We have heard some scammers emailing or texting to pose as the Department for Work and Pensions (DWP) in relation to applications for universal credit. DWP will never text or email to ask for personal or bank details. Delete any emails or texts like this straightaway. The latest information on Universal Credit can be found here: https://www.understandinguniversalcredit.gov.uk/
IT/Computer issues and offered technical support
Huge increases in the number of people working remotely presents an opportunity for criminals to commit computer software service fraud. The increased demand on IT systems causing slower responses may make approaches of help to fix devices seem more believable, when in reality, criminals are trying to gain access to your computer or get you to divulge your login details and passwords. Do not respond to any calls offering this type of assistance, hang up immediately.
Phishing emails and scams
Emails stating that Virgin Media is cancelling subscription charges in light of COVID-19. Recipients are asked to click on a link to prevent them from being charged. We’ve also seen several reports relating to phishing abuse in other brands, for example TV licensing phishing attempts, BT Broadband and Amazon phishing emails. Delete emails of this nature straightaway.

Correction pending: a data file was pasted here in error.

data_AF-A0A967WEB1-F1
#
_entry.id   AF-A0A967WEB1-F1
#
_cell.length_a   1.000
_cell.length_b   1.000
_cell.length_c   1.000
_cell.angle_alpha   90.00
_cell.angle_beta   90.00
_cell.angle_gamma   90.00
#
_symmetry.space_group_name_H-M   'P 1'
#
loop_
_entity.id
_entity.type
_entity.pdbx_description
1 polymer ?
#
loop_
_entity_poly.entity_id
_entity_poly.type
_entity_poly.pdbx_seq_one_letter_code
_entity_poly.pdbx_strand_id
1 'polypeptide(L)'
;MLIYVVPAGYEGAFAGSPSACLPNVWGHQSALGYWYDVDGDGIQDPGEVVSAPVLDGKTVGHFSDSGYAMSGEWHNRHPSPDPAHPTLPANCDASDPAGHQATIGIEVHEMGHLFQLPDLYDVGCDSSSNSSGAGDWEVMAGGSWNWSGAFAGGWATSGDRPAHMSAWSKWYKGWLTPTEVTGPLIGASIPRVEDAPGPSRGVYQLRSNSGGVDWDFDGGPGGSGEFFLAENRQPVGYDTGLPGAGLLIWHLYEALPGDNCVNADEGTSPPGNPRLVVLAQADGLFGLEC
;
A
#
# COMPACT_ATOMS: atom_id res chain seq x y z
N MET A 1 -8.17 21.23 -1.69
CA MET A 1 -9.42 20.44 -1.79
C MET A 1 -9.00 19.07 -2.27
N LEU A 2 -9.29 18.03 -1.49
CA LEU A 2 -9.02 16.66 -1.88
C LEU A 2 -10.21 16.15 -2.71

Amazon gift card
A new Amazon phishing campaign has emerged claiming to offer recipients the chance to win a £1,000 Amazon gift card. The subject reads: “On the occasion of overcoming the coronavirus, Amazon gives you the gift of victory.” The sender name is spoofed to read ‘firstname.lastname@example.org. The recipient is instructed to click on a link in order to apply. Do not click the link. Delete this email straightaway.
Online pet sales
We’ve had reports of individuals advertising puppies on online selling sites. The individual says the puppies cannot be viewed or collected due to social distancing and asks the buyer to transfer a deposit, then the puppy will be delivered. Other costs transpire before the puppy is delivered like vaccinations, transport, etc and no dog is ever delivered. The RSPCA strongly advises never to purchase pets unseen and has more information on safe pet buying.
Visitors offering help with groceries and errands